Everything else we know about the will of God, particularly His will for all men (not merely individual commands) comes from the verbal revelations expressed in the divine covenants. And that is what the laws of nature’s God are – the verbal revelations of His will for all men.
Everything we know about early history, the Gospel, the nation of Israel, and the kingdom of Christ has been revealed under, or pursuant to, one of the divine covenants. The covenants divide history into different phases and serve as the main organizing principle for understanding all of scripture. Their importance cannot be overstated.
Thus, it is of paramount importance that we understand which divine covenants apply to which people if we are to accurately handle the word of truth. See, 2 Tim. 2:15. That is where the genealogies come in, because all of the divine covenants run to a stipulated set of descendants except the new covenant in Christ, which is open to all people. The general rule may be expressed as follows: the divine covenants (other than the covenant in Christ), according to the scriptures, apply to those who consented to them at the time and their physical descendants.
Accordingly, before you can understand how the divine covenants apply to you, you must know whose descendant you are. Applying the law of the nature of inheritance to the matter, it essentially requires each person to know who is their daddy. And this is what the biblical genealogies tell us – who our daddy is (and his daddy, and his daddy, and so on). So, what do the genealogies tell us?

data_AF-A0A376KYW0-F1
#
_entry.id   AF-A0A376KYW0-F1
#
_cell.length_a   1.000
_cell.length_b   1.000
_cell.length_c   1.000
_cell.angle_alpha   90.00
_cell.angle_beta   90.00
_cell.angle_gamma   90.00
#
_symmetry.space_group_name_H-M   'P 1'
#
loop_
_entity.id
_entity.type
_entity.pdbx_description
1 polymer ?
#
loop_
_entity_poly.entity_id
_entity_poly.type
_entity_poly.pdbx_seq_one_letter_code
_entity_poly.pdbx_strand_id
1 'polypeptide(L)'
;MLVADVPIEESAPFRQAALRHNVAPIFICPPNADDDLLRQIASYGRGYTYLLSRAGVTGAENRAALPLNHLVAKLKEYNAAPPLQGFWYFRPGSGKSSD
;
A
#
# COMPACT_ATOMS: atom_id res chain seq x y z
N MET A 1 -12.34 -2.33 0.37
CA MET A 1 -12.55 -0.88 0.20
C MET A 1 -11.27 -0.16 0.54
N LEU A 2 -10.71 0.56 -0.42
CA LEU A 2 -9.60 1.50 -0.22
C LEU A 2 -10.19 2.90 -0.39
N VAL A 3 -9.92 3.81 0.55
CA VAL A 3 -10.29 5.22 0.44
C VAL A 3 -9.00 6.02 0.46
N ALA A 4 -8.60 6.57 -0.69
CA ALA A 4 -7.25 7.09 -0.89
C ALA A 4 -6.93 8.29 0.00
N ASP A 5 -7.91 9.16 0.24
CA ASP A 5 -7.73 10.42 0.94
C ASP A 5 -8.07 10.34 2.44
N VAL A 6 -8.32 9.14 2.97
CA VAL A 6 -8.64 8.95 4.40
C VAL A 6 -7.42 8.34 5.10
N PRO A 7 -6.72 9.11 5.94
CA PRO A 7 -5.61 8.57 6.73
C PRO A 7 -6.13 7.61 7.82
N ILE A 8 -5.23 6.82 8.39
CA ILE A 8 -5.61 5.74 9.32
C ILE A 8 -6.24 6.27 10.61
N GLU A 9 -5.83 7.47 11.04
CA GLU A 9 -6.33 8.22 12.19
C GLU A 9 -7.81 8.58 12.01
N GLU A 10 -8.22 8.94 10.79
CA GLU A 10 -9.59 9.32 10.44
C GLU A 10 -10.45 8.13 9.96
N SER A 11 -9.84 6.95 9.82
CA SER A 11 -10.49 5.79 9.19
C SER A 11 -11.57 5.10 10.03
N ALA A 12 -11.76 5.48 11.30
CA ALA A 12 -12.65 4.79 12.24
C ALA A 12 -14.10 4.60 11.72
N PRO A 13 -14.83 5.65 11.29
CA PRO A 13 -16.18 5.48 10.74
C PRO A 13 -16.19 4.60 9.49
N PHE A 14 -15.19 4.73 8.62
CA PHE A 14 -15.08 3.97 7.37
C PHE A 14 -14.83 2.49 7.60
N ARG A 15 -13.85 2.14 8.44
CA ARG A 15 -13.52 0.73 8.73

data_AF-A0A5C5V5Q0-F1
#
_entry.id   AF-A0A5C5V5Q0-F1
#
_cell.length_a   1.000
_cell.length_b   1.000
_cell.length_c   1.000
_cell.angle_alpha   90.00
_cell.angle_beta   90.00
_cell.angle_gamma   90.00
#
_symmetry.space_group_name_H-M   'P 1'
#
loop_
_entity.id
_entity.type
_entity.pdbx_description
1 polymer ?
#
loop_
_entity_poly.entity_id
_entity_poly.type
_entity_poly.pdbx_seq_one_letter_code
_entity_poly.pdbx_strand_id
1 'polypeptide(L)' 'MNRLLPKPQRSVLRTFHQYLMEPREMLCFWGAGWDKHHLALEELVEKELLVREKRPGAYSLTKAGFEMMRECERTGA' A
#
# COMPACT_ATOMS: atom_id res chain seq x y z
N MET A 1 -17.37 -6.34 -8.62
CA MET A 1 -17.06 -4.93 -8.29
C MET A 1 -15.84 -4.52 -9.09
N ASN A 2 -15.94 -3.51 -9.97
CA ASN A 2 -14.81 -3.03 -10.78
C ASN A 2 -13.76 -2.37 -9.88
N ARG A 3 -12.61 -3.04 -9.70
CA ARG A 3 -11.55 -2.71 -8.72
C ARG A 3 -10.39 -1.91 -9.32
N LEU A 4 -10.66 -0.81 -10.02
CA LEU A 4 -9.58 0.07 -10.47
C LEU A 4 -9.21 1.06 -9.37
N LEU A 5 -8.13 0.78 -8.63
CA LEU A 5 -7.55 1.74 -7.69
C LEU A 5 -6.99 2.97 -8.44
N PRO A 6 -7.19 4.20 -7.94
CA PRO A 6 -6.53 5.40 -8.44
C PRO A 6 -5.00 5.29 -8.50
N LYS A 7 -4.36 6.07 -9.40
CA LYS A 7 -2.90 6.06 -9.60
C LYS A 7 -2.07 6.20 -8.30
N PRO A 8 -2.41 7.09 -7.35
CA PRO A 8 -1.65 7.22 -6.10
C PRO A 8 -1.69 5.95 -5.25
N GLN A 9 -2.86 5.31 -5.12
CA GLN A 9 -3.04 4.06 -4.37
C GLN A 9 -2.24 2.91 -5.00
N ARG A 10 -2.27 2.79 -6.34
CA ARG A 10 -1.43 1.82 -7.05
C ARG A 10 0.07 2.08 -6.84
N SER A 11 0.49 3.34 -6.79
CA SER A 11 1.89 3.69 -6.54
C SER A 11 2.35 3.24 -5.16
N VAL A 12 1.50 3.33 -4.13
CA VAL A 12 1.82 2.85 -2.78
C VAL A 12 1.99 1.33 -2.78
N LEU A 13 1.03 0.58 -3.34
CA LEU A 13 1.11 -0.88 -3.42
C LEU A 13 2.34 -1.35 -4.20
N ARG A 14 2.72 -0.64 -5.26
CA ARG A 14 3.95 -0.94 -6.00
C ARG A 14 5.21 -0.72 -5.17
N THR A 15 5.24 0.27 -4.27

The terms of the covenant with Adam relate primarily to the Dominion Mandate (Gen. 1:28-30): “Be fruitful and multiply and fill the earth and subdue it and have dominion” over the entire animal kingdom. Comprehended in this mandate is the authority to have and raise children through the vehicle of the family, and the authority to dominate the earth and all creatures through labor, industry and property. By implication the Dominion Mandate includes the laws of marriage, parental authority and all economic rights. A matter of no small importance is the authority to consume “every plant yielding seed … and every tree with seed in its fruit” for food.
The biblical genealogies inform us that every person who has ever been born is a descendant of Adam – he is the ultimate father of us all. Therefore, the Dominion Mandate continues to be the foremost purpose of every individual even to this day.
But there is a flip side, namely, the fall and the curse (Gen. 3:16-19). Included in the curse is pain in child-bearing, strife between husbands and wives, the curse of the ground, and of course, death. While the curse is not strictly speaking a part of the terms of the covenant with Adam (because it came after the Dominion Mandate and was a consequence of judgment rather than consent), nonetheless, scripture clearly informs us that the fall and the curse also apply to every single descendant of Adam. Rom. 5:14-18; 1 Cor. 15:22.